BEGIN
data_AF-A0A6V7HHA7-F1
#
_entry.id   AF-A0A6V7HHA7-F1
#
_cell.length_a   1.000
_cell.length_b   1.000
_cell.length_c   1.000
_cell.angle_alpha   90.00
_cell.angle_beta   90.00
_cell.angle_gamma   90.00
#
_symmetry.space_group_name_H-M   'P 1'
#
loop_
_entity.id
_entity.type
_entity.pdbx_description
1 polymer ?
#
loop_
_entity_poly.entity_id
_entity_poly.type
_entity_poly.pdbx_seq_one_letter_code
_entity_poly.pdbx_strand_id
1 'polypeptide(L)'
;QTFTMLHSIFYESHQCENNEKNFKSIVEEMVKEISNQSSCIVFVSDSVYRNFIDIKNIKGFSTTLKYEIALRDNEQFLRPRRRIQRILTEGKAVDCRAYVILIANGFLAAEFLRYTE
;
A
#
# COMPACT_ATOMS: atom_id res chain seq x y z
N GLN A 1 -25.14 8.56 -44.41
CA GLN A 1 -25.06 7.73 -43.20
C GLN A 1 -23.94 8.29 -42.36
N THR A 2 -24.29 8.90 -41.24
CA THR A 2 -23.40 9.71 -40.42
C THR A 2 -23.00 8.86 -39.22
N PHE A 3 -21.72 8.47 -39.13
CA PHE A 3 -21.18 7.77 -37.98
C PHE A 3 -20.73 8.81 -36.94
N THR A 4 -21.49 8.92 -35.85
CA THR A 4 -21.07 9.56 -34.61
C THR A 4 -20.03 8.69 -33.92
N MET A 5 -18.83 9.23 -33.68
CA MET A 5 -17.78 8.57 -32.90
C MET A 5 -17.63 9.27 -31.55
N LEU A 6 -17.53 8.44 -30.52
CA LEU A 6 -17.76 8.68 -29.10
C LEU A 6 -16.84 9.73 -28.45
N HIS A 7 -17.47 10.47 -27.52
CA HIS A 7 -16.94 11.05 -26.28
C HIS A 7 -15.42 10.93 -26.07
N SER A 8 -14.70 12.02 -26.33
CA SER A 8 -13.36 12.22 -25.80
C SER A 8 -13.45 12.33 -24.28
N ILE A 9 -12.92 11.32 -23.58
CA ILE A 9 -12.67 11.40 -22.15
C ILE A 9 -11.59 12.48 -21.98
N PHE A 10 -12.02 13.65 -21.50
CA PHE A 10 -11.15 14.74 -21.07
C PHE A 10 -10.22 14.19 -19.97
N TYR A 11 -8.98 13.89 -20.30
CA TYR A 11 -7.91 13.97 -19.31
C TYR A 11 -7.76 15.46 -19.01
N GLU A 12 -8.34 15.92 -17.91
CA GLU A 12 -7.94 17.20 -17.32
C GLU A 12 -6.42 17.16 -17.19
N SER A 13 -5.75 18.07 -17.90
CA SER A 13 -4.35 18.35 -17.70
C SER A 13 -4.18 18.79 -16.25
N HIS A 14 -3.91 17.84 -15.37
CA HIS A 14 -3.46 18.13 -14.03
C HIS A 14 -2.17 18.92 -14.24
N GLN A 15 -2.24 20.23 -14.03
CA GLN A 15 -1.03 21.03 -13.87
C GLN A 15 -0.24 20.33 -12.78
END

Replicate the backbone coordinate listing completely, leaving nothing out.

data_AF-A0A6V7HHA7-F1
#
_entry.id   AF-A0A6V7HHA7-F1
#
_cell.length_a   1.000
_cell.length_b   1.000
_cell.length_c   1.000
_cell.angle_alpha   90.00
_cell.angle_beta   90.00
_cell.angle_gamma   90.00
#
_symmetry.space_group_name_H-M   'P 1'
#
loop_
_entity.id
_entity.type
_entity.pdbx_description
1 polymer ?
#
loop_
_entity_poly.entity_id
_entity_poly.type
_entity_poly.pdbx_seq_one_letter_code
_entity_poly.pdbx_strand_id
1 'polypeptide(L)'
;QTFTMLHSIFYESHQCENNEKNFKSIVEEMVKEISNQSSCIVFVSDSVYRNFIDIKNIKGFSTTLKYEIALRDNEQFLRPRRRIQRILTEGKAVDCRAYVILIANGFLAAEFLRYTE
;
A
#
# COMPACT_ATOMS: atom_id res chain seq x y z
N GLN A 1 -25.14 8.56 -44.41
CA GLN A 1 -25.06 7.73 -43.20
C GLN A 1 -23.94 8.29 -42.36
N THR A 2 -24.29 8.90 -41.24
CA THR A 2 -23.40 9.71 -40.42
C THR A 2 -23.00 8.86 -39.22
N PHE A 3 -21.72 8.47 -39.13
CA PHE A 3 -21.18 7.77 -37.98
C PHE A 3 -20.73 8.81 -36.94
N THR A 4 -21.49 8.92 -35.85
CA THR A 4 -21.07 9.56 -34.61
C THR A 4 -20.03 8.69 -33.92
N MET A 5 -18.83 9.23 -33.68
CA MET A 5 -17.78 8.57 -32.90
C MET A 5 -17.63 9.27 -31.55
N LEU A 6 -17.53 8.44 -30.52
CA LEU A 6 -17.76 8.68 -29.10
C LEU A 6 -16.84 9.73 -28.45
N HIS A 7 -17.47 10.47 -27.52
CA HIS A 7 -16.94 11.05 -26.28
C HIS A 7 -15.42 10.93 -26.07
N SER A 8 -14.70 12.02 -26.33
CA SER A 8 -13.36 12.22 -25.80
C SER A 8 -13.45 12.33 -24.28
N ILE A 9 -12.92 11.32 -23.58
CA ILE A 9 -12.67 11.40 -22.15
C ILE A 9 -11.59 12.48 -21.98
N PHE A 10 -12.02 13.65 -21.50
CA PHE A 10 -11.15 14.74 -21.07
C PHE A 10 -10.22 14.19 -19.97
N TYR A 11 -8.98 13.89 -20.30
CA TYR A 11 -7.91 13.97 -19.31
C TYR A 11 -7.76 15.46 -19.01
N GLU A 12 -8.34 15.92 -17.91
CA GLU A 12 -7.94 17.20 -17.32
C GLU A 12 -6.42 17.16 -17.19
N SER A 13 -5.75 18.07 -17.90
CA SER A 13 -4.35 18.35 -17.70
C SER A 13 -4.18 18.79 -16.25
N HIS A 14 -3.91 17.84 -15.37
CA HIS A 14 -3.46 18.13 -14.03
C HIS A 14 -2.17 18.92 -14.24
N GLN A 15 -2.24 20.23 -14.03
CA GLN A 15 -1.03 21.03 -13.87
C GLN A 15 -0.24 20.33 -12.78